I then took the opportunity to spend 3 months in IBM’s Almaden lab in San Jose when Silicon Valley was full of semi-conductor and manufacturing capabilities. Coming home an expert in a particular IBM product, I was asked to work directly with customers in IBM’s sales teams. I found getting to know different clients every day, understanding their problems and challenges really excited me and kept me motivated to keep learning and deliver value to the clients.  

Working in London and Edinburgh I supported many clients, coached and mentored many new colleagues and every day was enthused by the possibilities of technology and I was amazed as it changed the world a little bit every day.  For the last few years before joining The Data Lab I ran various parts of IBM’s business in Scotland including the hardware and software businesses – growing those businesses and building the right teams to support our clients.

In 2015 I had the possibility to make a big change, so after 22 years with IBM I resigned to join The Data Lab as chief executive. The Data Lab is an innovation centre helping Scottish businesses leverage the opportunity of data science and analytics with the intent of driving economic growth and high value jobs. 

The opportunity to make a fundamental change to the Scottish landscape and work with some many diverse industry partners both in size and focus was too good to turn down. Each and every day I speak with new start-ups, to growing scale-out companies to large global corporates and evangelise about the possibilities leveraging data in new ways can open up.

You may be wondering what I mean by data science and analytics so a few examples may help.

Netflix is a data driven business, and a recent example of their data analysis drove what House of Cards trailer you may have seen. They created 10 trailers and you will have seen the trailer that was most relevant to you based on your viewing habits. They collect billions of data points every day and build algorithms to analyse everything you do and recommend new shows and also show you the most suitable and attractive trailers for shows that may be of interest.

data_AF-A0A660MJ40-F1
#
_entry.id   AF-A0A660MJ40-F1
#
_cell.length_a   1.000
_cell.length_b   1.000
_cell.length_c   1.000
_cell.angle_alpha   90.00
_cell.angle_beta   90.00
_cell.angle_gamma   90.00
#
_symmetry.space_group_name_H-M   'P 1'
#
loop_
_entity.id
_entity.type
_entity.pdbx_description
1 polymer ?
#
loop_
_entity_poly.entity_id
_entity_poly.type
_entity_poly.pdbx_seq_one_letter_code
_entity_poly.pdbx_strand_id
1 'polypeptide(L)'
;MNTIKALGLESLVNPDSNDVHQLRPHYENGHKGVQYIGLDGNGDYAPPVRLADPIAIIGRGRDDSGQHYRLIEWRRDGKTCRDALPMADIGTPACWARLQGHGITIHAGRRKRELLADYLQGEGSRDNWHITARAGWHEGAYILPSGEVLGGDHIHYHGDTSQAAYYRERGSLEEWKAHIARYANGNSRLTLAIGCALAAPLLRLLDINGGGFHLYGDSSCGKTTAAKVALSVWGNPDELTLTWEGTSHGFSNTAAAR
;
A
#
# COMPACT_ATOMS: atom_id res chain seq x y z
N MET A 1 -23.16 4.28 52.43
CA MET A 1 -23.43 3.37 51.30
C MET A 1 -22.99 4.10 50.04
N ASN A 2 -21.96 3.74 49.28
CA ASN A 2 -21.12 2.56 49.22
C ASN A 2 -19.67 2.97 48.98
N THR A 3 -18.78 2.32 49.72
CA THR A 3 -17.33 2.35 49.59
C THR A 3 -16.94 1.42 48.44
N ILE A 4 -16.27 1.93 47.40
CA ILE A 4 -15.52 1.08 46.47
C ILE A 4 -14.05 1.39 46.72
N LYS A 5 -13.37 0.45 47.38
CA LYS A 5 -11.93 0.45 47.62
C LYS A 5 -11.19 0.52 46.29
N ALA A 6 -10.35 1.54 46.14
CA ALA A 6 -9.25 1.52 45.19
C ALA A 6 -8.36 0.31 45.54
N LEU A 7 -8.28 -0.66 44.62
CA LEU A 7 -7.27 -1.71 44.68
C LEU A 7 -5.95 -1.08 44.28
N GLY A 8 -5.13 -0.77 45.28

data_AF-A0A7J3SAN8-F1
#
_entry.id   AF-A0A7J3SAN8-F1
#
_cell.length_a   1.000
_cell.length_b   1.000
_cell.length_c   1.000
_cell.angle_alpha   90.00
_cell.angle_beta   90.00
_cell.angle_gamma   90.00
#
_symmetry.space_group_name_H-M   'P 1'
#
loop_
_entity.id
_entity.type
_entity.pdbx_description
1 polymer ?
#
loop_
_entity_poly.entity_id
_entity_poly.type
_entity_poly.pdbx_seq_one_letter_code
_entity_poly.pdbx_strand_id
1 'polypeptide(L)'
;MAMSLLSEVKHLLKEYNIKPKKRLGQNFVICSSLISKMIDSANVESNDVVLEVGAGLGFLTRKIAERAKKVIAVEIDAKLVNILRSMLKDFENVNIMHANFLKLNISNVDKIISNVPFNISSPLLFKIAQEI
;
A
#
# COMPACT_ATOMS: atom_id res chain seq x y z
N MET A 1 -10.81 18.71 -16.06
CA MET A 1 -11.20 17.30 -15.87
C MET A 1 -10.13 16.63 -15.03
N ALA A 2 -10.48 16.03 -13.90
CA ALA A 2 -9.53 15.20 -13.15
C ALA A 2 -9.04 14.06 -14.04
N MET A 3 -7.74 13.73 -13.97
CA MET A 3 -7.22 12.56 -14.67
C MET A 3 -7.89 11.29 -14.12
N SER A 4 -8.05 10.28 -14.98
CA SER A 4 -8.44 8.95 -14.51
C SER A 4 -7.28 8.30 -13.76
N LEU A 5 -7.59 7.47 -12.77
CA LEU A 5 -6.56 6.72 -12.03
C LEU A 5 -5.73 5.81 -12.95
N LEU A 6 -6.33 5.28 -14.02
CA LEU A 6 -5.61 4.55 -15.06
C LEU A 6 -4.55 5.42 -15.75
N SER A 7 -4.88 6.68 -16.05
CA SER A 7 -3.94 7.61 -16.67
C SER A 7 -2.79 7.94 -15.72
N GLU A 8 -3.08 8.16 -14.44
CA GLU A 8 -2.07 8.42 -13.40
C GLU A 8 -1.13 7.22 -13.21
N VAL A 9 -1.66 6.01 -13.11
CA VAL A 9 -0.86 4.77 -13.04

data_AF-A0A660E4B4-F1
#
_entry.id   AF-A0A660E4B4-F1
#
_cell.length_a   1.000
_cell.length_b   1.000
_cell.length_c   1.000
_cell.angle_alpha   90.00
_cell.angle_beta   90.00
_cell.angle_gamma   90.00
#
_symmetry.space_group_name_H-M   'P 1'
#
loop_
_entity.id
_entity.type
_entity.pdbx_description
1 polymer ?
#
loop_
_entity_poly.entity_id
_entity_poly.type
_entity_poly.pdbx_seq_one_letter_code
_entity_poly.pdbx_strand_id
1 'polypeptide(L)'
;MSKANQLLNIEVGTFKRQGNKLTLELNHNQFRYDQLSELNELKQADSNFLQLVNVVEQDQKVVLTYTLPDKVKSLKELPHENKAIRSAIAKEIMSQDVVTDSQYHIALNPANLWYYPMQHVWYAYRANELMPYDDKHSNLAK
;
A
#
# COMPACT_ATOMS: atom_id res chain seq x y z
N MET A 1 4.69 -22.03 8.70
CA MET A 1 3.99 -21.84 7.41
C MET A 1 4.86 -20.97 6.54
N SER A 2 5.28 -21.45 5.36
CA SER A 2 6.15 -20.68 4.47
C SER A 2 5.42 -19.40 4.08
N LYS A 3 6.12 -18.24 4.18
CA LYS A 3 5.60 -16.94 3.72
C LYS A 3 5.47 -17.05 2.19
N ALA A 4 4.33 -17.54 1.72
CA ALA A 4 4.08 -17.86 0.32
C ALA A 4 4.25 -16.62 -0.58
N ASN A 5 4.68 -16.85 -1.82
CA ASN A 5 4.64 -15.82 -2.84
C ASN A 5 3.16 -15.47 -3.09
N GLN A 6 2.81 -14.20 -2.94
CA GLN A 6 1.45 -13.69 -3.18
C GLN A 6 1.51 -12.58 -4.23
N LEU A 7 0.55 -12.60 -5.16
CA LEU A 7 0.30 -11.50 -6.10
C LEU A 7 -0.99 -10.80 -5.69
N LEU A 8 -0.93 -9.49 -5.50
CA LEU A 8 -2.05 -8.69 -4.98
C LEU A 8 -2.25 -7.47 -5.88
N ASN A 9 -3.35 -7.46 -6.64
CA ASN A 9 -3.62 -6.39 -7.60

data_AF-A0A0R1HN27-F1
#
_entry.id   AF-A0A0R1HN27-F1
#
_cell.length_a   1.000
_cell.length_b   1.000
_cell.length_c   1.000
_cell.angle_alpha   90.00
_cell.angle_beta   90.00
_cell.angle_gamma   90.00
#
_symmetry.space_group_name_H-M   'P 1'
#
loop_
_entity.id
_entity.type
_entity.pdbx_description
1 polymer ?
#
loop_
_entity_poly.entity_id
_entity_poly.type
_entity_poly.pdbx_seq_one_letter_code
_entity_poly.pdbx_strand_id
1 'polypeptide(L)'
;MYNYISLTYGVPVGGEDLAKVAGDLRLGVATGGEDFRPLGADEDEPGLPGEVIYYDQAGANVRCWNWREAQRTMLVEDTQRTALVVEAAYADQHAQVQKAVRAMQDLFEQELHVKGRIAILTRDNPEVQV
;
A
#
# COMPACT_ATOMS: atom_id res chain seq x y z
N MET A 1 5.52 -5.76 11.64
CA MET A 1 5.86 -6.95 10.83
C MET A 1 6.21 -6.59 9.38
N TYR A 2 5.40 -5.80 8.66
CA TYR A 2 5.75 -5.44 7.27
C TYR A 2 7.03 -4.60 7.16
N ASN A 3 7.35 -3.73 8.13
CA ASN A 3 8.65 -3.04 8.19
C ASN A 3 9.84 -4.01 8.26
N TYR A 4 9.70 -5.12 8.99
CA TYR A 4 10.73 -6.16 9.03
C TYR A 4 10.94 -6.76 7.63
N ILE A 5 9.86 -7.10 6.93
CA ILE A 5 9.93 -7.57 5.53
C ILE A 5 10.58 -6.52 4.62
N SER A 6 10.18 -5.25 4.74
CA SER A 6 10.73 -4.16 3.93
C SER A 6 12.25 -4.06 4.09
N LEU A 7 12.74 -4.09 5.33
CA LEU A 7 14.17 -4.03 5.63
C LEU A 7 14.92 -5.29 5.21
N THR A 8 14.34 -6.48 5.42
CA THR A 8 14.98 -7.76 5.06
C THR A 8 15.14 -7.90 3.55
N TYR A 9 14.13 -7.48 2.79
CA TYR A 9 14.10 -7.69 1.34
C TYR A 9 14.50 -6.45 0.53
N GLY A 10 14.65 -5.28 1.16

IBM’s Watson (a cognitive system) was created as part of a research project in 2011, and its first outing was to win the US game show Jeopardy. It is now working with oncologists helping analyse and understand more complex cancer cases, ingesting data from every research paper, clinical trial and previous case histories.  It helps oncologists diagnose complex cancer cases and recommend treatment pathways.

New Scottish startup Sansibles has developed ‘LiveSkin’ intelligent sensors for use in contact sports such as rugby. The sensors are fitted in players’ shoulder pads to capture data from collisions on the playing field. The data can then be wirelessly transferred in real-time to a specially designed app that sport coaches, physiotherapists and medics can use to monitor the force exerted by the athletes in a tackle or a scrummage, as well as examine how their bodies recover from injury. This information can be used to improve training regimes and rehabilitation programmes to better reflect how players recuperate.

Every day I come across Scottish companies using data in new and innovative ways and I am extremely positive about the opportunities to get involved in some exciting projects. Every day I continue to learn and appreciate how technology and data in particular is changing every aspect of our life.

Find out more about The Data Lab in this short film

Google IT – Do Cool Things That Matter!

At Google, the staff (Googlers) solve complex problems every day in a mission is to organise the world’s information and make it universally accessible. What is it like to work for an organisation like Google and what kind of jobs do they actually do? We caught up with Heather Traher, Senior User Experience Researcher who works in the San Francisco office to find out more about her job and what it’s like to work for Google.

What do you actually do?